I believe in Jesus Christ, God’s only Son, our Lord.
Dear People of God,
The above comes from the first Christological article in the Apostles’ Creed. I’ll divide it into three parts.
I believe in Jesus Christ.
What does this mean? We must know what it means to “believe.” To believe at its most basic level is to trust, to cling to. To believe, or to have faith, is not a mere knowledge of history. Nor is believing something conjured up by reason or human ability. But, as is has been put, “we are speaking about a trust in the promise and mercy of God.”
Namely, that God forgives our sins freely on account of Christ. So, once again, the Apostles’ Creed is to be thought of more as God’s promises than a checklist of what is proper for Christians to believe. Let there be no confusion, one does not come to believe because of their own efforts or decisions, but from beginning to end faith is the work of God, i.e., “This is the work of God, that you believe in him whom he has sent” (John 6:29). It all depends on God’s promise, and God’s promise in Jesus Christ. Jesus Christ, which could be rendered as Jesus Messiah, is God’s chosen instrument for the salvation of humankind.
God’s only Son.
Surely God has many children. You and me, for example. However, there is one who is uniquely and distinctly God’s only Son. There’s something about him that you and I could never be. We have a beginning. We’re created; the only Son is uncreated. Neither of us have been with God from eternity, whereas, the only Son has. This is because God has only one Son who is the Word. And only one Son who with God the Father has created everything—as the Gospel of St. John says:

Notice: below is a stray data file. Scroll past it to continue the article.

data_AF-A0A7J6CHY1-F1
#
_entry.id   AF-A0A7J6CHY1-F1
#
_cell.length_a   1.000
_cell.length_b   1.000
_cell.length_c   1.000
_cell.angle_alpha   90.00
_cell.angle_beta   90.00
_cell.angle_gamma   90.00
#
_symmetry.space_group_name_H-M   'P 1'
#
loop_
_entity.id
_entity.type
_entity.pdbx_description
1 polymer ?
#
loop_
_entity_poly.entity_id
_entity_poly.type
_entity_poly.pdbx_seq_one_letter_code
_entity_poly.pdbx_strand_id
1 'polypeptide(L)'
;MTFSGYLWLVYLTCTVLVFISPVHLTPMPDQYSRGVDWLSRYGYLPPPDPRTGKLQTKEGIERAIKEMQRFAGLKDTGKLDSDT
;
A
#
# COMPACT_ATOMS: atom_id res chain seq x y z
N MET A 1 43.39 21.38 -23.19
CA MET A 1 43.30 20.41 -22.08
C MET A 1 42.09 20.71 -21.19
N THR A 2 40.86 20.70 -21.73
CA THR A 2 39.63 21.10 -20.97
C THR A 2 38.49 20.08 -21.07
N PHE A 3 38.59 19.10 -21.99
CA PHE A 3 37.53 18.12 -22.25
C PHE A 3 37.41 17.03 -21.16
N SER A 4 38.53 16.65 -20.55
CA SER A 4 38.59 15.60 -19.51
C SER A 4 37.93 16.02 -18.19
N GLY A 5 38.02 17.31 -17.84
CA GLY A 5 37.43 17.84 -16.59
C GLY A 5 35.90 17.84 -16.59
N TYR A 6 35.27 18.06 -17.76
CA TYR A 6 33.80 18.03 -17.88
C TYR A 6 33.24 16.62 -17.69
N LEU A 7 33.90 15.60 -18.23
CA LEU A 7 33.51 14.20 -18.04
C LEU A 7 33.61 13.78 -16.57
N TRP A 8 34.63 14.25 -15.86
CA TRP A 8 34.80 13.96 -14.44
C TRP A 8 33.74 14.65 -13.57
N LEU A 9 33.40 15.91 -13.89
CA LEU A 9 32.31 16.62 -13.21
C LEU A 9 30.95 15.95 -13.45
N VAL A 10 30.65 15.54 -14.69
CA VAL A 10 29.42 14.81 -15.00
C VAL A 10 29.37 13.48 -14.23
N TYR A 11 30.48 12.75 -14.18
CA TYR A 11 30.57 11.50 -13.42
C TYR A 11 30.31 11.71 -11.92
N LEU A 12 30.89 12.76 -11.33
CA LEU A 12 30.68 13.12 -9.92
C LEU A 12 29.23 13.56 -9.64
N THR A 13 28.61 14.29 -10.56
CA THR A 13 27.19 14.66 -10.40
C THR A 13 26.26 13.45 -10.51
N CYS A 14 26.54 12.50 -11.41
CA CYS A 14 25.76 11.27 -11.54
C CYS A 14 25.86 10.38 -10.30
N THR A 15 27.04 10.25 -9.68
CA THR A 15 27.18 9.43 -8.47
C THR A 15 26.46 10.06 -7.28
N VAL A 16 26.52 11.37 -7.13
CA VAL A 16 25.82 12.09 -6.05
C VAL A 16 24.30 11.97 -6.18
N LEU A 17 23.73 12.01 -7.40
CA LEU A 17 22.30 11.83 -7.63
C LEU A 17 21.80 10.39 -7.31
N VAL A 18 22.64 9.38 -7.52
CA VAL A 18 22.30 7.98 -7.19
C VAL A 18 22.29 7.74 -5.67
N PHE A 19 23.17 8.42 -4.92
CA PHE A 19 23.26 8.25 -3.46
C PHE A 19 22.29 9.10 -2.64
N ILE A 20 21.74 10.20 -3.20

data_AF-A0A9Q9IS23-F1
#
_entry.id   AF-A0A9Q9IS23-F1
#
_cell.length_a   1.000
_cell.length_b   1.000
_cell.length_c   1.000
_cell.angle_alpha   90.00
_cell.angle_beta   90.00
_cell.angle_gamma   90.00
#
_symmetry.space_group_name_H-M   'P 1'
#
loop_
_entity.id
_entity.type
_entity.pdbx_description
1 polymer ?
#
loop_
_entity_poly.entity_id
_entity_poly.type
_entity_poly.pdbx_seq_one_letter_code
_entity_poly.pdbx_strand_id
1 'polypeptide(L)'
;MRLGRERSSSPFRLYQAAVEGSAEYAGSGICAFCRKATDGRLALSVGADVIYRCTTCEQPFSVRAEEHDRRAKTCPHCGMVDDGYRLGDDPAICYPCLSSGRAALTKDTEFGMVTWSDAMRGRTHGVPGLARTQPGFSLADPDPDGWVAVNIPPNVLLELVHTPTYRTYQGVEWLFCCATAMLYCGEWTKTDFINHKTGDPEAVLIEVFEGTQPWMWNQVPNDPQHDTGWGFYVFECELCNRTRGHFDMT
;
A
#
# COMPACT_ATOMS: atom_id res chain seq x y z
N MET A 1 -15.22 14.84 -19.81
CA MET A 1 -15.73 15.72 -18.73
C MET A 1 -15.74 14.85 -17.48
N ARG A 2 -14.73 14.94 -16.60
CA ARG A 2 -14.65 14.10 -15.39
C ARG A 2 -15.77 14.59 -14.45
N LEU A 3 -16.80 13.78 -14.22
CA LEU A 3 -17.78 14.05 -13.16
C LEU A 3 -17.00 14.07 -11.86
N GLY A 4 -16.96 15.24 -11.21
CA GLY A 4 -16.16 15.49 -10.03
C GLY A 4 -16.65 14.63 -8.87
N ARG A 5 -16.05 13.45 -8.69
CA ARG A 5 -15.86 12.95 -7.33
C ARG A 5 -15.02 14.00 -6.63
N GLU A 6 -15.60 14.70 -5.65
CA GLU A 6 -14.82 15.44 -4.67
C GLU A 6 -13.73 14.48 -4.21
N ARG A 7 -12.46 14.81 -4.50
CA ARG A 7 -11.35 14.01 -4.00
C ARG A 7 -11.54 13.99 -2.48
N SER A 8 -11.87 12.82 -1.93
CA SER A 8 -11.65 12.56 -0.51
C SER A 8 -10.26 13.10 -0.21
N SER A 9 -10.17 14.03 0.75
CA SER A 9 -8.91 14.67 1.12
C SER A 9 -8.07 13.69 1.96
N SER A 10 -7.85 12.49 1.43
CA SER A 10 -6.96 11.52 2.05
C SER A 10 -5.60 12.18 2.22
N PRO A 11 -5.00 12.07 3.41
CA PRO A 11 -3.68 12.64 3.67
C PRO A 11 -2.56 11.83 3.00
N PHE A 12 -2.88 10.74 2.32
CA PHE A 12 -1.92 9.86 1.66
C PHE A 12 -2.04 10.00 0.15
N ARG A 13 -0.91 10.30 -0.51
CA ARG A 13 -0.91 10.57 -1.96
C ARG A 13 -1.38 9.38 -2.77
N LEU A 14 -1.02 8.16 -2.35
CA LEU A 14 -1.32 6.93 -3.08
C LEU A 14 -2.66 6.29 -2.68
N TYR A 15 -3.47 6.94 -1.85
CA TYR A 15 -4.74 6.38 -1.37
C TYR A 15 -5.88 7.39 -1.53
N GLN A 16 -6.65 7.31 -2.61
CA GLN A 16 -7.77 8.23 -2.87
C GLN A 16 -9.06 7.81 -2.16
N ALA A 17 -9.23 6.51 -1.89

“In the beginning was the Word, and the Word was with God, and the Word was God. He was in the beginning with God. All things came into being through him, and without him not one thing came into being.” ~John 1:1-3
So, in this way Jesus Christ is uniquely God’s only Son. This status means that Jesus is at one time God and a human being. Jesus did not ascend and obtain a divine status. He descended, “emptied himself, taking the form of a slave…in human form” (Philippians 2:7). Therefore, Christian faith is not about us becoming gods but about God becoming human—to save us from our sins.
“Jesus is Lord” is perhaps the oldest creedal statement. A list of competitors for the title of Lord are sin, death, the devil, the world, our own sensibilities, wealth, ideology, racism, white supremacists, political figures, academia, fear, rage, despair, etc. As you can see, an endless number of things purport to be our Lord. But here in the creed we remind ourselves again and again that Jesus Christ is our Lord. Nothing else deserves the title in our lives. It is Christ who did everything, even suffered death, for our redemption.
Through his life, death, and resurrection we have peace with God and with one another. When Christ is our Lord, we can trust without a doubt that God is with us, that he forgives our sins, that he seeks what is best for us, and we can be certain that he will heal our wounds—not because of anything about us, but simply because God is gracious to us. When Christ is our Lord, we live in this world dominated not by our fears, but freed to love and serve the neighbor. For true freedom is not about what I can do for myself, but about what I can do for God and for my neighbor. In our turbulent times, consider who your Lord is.
“I will give myself as a kind of Christ to my neighbor, just as Christ offered himself to me. I will do nothing in this life except what I see will be necessary, advantageous, and salutary for my neighbor, because through faith I am overflowing with all good things in Christ.”~Martin Luther
Peace and joy,
Pastor Levi Powers
Mount of Olives Lutheran Church
Rock Springs, WY